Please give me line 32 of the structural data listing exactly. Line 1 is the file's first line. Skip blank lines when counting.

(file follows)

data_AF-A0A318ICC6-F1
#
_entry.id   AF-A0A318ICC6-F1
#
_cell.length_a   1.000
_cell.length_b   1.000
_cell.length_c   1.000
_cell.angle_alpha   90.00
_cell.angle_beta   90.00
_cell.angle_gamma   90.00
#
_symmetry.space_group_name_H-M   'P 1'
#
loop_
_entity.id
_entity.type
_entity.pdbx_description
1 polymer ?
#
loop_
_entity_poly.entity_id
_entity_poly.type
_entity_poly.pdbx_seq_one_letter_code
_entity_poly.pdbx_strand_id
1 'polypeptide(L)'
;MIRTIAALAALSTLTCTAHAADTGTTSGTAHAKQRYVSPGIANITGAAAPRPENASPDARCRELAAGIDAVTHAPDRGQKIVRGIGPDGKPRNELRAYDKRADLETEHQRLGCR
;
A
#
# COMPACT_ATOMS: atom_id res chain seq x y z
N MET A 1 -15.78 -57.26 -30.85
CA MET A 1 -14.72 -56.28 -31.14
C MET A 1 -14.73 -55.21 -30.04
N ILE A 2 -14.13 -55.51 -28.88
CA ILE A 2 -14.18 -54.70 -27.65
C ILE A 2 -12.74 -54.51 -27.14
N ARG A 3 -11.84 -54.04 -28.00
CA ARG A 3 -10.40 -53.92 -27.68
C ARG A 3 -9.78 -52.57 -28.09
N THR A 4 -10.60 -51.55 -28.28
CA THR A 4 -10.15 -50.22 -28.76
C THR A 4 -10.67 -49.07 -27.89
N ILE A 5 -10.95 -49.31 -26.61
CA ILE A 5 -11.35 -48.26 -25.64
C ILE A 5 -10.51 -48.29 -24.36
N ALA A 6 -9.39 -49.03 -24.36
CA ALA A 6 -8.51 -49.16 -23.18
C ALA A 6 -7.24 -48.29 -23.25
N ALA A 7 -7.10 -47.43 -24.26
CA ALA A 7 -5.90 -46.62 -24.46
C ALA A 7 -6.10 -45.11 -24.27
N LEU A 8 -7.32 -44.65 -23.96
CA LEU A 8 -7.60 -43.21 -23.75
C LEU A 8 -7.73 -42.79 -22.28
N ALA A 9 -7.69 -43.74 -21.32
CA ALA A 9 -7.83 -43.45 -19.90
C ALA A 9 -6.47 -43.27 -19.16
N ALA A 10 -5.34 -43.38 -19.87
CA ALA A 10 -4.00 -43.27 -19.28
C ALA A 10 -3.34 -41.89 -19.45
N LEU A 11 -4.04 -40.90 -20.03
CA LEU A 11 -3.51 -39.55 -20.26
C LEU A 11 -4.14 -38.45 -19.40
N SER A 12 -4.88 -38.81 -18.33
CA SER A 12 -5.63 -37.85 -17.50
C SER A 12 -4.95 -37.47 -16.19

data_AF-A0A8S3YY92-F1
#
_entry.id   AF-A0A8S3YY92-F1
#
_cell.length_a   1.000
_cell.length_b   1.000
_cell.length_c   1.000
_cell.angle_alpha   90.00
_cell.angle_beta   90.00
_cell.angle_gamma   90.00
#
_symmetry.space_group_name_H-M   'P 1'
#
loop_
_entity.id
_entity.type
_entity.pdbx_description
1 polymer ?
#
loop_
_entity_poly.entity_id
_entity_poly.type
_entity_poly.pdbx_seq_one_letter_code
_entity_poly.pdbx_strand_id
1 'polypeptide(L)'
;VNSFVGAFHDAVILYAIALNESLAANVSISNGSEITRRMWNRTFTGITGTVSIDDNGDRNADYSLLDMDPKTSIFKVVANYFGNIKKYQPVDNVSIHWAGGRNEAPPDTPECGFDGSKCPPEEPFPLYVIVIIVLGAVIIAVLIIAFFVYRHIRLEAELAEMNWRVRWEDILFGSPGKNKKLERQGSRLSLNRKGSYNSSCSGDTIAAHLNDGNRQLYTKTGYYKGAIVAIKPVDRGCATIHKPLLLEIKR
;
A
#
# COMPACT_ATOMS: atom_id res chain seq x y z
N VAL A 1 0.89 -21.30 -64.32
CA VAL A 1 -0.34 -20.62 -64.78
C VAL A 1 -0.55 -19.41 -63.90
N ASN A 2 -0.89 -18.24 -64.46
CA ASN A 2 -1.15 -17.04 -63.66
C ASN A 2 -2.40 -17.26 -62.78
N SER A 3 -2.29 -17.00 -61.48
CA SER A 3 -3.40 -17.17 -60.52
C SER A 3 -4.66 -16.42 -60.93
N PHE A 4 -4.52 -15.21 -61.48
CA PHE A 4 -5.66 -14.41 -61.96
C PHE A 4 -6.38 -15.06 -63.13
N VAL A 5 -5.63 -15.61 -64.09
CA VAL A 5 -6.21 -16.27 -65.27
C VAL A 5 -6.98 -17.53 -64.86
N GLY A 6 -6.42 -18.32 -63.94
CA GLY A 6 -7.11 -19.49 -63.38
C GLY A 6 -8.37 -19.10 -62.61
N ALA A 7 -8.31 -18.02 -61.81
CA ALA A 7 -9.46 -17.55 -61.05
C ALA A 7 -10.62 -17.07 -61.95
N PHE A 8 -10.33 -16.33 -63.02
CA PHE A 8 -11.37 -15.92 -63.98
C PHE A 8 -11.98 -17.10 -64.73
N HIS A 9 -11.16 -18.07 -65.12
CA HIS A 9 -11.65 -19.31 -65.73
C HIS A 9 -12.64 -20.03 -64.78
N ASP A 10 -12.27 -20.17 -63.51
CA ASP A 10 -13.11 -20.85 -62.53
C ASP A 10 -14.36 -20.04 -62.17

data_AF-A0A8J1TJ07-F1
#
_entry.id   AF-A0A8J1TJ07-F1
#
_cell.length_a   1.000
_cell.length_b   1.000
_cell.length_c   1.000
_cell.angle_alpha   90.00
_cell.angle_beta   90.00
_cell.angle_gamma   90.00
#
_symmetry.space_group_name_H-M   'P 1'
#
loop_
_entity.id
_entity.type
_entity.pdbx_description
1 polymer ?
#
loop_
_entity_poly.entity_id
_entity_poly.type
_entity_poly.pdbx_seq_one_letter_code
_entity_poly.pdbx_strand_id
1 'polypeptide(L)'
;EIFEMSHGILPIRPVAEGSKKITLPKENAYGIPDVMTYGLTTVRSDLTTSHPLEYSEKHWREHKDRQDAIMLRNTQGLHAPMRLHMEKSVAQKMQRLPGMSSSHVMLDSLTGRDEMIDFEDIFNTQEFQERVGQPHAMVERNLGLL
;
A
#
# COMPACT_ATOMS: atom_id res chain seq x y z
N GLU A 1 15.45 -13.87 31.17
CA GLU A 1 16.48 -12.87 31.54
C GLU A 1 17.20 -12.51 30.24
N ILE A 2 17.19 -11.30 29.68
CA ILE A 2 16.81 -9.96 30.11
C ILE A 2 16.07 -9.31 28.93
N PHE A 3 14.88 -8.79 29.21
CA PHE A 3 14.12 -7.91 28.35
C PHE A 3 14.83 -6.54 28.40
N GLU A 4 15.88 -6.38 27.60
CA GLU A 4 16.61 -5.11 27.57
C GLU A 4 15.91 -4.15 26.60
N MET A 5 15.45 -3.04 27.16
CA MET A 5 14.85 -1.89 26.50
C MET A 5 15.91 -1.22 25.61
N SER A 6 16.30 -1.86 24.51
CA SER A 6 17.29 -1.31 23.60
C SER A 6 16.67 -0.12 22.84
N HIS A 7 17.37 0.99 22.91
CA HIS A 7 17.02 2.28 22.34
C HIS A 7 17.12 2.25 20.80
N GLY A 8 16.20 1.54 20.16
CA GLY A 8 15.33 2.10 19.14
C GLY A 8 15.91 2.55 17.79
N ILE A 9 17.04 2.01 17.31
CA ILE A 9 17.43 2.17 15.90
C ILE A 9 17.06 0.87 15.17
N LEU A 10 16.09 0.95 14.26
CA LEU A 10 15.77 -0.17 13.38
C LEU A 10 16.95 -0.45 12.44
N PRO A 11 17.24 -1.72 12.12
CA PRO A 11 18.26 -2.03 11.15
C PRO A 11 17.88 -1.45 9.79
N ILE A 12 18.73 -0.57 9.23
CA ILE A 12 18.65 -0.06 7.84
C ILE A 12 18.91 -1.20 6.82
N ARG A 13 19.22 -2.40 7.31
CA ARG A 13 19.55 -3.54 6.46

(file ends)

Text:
CA MET A 1 -14.72 -56.28 -31.14